riddle, puzzling question, specifically one that consists of a fanciful description or definition of something to be guessed. A famous riddle was asked by the Sphinx: What goes on four legs in the morning, on two at noon, on three at night? Oedipus guessed the answer correctly: Man—in infancy he crawls, at his prime he walks, in age he leans on a staff. Samson's riddle is also famous: Out of the eater came forth meat, and out of the strong came forth sweetness (Judges 14.14). It refers to a lion he had just killed, on which he saw bees and honey; he ate some of the lion and the honey. Punning riddles are common, as: When is a door not a door? The answer is, When it's ajar. There is comparatively little riddle literature, but riddles do figure prominently in Old English. The Exeter Book contains many English verse riddles of uncertain date; they vary considerably in matter. There are also many riddles in Latin hexameters dating from Anglo-Saxon England.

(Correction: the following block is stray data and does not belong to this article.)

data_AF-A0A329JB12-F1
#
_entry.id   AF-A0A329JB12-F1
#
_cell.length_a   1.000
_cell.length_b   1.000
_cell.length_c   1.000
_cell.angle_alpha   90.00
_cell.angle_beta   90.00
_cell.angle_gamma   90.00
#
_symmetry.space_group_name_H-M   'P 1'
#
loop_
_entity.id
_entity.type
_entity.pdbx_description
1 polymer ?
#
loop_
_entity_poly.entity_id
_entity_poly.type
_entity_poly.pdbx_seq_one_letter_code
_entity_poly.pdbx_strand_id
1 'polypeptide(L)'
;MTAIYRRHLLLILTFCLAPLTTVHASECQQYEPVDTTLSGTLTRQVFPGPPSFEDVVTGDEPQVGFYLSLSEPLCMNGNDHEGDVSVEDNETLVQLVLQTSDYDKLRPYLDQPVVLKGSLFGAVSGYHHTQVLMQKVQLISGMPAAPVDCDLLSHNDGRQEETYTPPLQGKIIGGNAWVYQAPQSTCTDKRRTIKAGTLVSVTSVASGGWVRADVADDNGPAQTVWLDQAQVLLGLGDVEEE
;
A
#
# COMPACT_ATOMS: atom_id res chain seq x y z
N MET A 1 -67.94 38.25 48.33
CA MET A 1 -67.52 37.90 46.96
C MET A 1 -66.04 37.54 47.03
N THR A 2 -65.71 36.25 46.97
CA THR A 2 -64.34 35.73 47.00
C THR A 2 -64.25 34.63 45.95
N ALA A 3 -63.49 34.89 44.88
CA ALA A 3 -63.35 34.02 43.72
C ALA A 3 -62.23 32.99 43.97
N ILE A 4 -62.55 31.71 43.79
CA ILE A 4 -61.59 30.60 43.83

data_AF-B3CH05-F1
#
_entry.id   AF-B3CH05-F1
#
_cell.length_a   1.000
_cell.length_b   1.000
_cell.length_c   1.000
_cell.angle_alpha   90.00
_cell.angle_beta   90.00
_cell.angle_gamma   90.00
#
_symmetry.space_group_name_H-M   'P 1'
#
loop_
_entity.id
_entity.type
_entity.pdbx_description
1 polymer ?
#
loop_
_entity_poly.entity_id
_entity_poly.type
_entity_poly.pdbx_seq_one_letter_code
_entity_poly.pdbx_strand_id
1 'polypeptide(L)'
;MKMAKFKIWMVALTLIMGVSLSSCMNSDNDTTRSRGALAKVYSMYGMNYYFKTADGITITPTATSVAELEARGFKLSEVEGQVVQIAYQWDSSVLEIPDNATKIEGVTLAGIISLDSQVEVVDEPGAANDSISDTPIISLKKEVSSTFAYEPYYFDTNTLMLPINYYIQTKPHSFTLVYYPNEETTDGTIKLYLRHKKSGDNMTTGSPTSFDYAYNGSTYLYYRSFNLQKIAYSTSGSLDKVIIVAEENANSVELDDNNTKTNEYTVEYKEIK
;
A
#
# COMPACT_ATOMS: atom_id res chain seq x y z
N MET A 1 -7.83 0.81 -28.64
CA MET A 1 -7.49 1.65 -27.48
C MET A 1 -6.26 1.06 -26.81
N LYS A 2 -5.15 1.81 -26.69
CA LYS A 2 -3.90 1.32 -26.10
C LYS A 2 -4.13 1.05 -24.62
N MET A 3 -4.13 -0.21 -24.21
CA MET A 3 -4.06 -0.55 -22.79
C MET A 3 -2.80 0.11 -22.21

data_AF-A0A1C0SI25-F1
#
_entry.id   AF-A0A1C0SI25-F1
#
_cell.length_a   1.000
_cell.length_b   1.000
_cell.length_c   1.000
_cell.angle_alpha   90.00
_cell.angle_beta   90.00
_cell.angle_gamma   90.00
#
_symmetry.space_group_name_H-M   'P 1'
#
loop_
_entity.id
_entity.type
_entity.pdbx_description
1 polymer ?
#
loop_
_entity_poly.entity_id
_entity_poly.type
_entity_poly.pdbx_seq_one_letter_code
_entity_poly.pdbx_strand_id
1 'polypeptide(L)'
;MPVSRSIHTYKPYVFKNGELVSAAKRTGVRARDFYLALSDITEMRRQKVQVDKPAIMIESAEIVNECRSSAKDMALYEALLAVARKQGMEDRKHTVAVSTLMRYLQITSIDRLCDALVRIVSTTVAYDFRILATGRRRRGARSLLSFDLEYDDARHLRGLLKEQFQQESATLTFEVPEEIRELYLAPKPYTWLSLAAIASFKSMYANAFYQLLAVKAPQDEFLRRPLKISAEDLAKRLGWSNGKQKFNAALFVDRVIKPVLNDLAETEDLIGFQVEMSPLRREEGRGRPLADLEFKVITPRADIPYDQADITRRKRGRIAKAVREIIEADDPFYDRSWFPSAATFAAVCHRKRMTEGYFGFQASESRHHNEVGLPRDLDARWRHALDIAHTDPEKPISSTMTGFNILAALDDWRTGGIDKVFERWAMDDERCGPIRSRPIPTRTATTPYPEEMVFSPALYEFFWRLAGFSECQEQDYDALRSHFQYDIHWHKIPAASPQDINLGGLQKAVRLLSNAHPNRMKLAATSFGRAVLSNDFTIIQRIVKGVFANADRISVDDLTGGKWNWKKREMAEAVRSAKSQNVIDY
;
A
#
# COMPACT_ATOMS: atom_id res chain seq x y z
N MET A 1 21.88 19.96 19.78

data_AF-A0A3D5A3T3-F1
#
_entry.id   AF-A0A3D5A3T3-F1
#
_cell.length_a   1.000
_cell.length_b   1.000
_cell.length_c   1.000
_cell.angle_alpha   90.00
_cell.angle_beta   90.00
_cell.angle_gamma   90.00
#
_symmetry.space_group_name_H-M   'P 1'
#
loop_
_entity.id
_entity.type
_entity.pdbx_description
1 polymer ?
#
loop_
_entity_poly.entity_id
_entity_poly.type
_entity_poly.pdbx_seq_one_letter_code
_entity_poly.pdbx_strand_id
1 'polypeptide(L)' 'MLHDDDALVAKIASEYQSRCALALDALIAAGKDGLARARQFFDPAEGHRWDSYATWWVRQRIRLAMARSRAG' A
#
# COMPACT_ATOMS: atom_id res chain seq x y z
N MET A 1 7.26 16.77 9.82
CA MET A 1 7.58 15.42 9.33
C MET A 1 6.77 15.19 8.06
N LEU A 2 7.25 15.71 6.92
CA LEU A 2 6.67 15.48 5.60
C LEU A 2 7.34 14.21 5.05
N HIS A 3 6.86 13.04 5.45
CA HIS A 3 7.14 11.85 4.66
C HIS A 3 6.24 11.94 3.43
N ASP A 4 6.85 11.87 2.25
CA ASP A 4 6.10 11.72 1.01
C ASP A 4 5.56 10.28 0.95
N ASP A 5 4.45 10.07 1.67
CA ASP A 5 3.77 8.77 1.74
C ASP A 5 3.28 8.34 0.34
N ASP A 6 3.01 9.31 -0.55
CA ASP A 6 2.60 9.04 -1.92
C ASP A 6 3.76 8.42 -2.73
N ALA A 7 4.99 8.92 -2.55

See A. Taylor, English Riddles from Oral Tradition (1951); H. H. Abbott, ed., The Riddles of the Exeter Book (1968).

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